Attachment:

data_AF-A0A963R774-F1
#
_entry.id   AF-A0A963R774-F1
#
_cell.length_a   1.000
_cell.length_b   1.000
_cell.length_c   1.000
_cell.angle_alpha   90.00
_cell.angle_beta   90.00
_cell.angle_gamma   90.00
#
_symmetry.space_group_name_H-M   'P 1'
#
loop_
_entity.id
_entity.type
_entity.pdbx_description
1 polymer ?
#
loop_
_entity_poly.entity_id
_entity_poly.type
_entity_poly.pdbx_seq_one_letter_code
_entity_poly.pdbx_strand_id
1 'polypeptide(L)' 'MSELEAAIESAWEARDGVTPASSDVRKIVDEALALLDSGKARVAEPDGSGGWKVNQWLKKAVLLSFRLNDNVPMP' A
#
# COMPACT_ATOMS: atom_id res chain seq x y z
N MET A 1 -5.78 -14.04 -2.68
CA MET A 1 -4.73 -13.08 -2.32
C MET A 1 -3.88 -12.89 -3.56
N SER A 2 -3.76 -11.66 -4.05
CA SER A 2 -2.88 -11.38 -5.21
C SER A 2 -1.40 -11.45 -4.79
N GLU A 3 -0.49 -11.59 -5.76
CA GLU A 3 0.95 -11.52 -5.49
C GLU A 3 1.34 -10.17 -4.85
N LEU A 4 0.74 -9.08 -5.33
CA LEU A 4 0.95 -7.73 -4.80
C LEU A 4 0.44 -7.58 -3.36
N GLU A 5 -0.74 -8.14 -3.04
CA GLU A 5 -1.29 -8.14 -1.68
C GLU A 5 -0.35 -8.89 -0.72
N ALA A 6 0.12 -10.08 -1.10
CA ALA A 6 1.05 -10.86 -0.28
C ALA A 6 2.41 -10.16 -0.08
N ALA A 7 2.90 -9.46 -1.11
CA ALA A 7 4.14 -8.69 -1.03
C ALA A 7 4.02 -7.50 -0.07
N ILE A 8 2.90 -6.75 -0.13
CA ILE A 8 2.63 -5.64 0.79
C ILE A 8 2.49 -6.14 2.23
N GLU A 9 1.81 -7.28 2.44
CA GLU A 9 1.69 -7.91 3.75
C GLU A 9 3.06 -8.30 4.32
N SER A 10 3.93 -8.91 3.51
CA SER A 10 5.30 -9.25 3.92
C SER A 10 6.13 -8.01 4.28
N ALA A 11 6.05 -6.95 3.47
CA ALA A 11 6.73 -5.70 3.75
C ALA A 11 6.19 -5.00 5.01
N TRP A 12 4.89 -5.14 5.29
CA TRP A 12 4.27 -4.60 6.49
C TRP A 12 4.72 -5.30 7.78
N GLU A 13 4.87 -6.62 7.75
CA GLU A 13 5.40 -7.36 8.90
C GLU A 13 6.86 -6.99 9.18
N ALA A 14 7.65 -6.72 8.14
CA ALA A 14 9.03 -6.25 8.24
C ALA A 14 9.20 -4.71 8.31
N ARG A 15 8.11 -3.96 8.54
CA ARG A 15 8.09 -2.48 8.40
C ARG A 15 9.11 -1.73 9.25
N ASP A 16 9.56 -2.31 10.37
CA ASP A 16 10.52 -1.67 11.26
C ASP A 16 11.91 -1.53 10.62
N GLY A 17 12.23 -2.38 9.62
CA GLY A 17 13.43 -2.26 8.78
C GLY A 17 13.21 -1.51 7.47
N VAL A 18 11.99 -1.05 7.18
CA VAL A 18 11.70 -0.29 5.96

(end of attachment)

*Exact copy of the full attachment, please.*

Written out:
data_AF-A0A963R774-F1
#
_entry.id   AF-A0A963R774-F1
#
_cell.length_a   1.000
_cell.length_b   1.000
_cell.length_c   1.000
_cell.angle_alpha   90.00
_cell.angle_beta   90.00
_cell.angle_gamma   90.00
#
_symmetry.space_group_name_H-M   'P 1'
#
loop_
_entity.id
_entity.type
_entity.pdbx_description
1 polymer ?
#
loop_
_entity_poly.entity_id
_entity_poly.type
_entity_poly.pdbx_seq_one_letter_code
_entity_poly.pdbx_strand_id
1 'polypeptide(L)' 'MSELEAAIESAWEARDGVTPASSDVRKIVDEALALLDSGKARVAEPDGSGGWKVNQWLKKAVLLSFRLNDNVPMP' A
#
# COMPACT_ATOMS: atom_id res chain seq x y z
N MET A 1 -5.78 -14.04 -2.68
CA MET A 1 -4.73 -13.08 -2.32
C MET A 1 -3.88 -12.89 -3.56
N SER A 2 -3.76 -11.66 -4.05
CA SER A 2 -2.88 -11.38 -5.21
C SER A 2 -1.40 -11.45 -4.79
N GLU A 3 -0.49 -11.59 -5.76
CA GLU A 3 0.95 -11.52 -5.49
C GLU A 3 1.34 -10.17 -4.85
N LEU A 4 0.74 -9.08 -5.33
CA LEU A 4 0.95 -7.73 -4.80
C LEU A 4 0.44 -7.58 -3.36
N GLU A 5 -0.74 -8.14 -3.04
CA GLU A 5 -1.29 -8.14 -1.68
C GLU A 5 -0.35 -8.89 -0.72
N ALA A 6 0.12 -10.08 -1.10
CA ALA A 6 1.05 -10.86 -0.28
C ALA A 6 2.41 -10.16 -0.08
N ALA A 7 2.90 -9.46 -1.11
CA ALA A 7 4.14 -8.69 -1.03
C ALA A 7 4.02 -7.50 -0.07
N ILE A 8 2.90 -6.75 -0.13
CA ILE A 8 2.63 -5.64 0.79
C ILE A 8 2.49 -6.14 2.23
N GLU A 9 1.81 -7.28 2.44
CA GLU A 9 1.69 -7.91 3.75
C GLU A 9 3.06 -8.30 4.32
N SER A 10 3.93 -8.91 3.51
CA SER A 10 5.30 -9.25 3.92
C SER A 10 6.13 -8.01 4.28
N ALA A 11 6.05 -6.95 3.47
CA ALA A 11 6.73 -5.70 3.75
C ALA A 11 6.19 -5.00 5.01
N TRP A 12 4.89 -5.14 5.29
CA TRP A 12 4.27 -4.60 6.49
C TRP A 12 4.72 -5.30 7.78
N GLU A 13 4.87 -6.62 7.75
CA GLU A 13 5.40 -7.36 8.90
C GLU A 13 6.86 -6.99 9.18
N ALA A 14 7.65 -6.72 8.14
CA ALA A 14 9.03 -6.25 8.24
C ALA A 14 9.20 -4.71 8.31
N ARG A 15 8.11 -3.96 8.54
CA ARG A 15 8.09 -2.48 8.40
C ARG A 15 9.11 -1.73 9.25
N ASP A 16 9.56 -2.31 10.37
CA ASP A 16 10.52 -1.67 11.26
C ASP A 16 11.91 -1.53 10.62
N GLY A 17 12.23 -2.38 9.62
CA GLY A 17 13.43 -2.26 8.78
C GLY A 17 13.21 -1.51 7.47
N VAL A 18 11.99 -1.05 7.18
CA VAL A 18 11.70 -0.29 5.96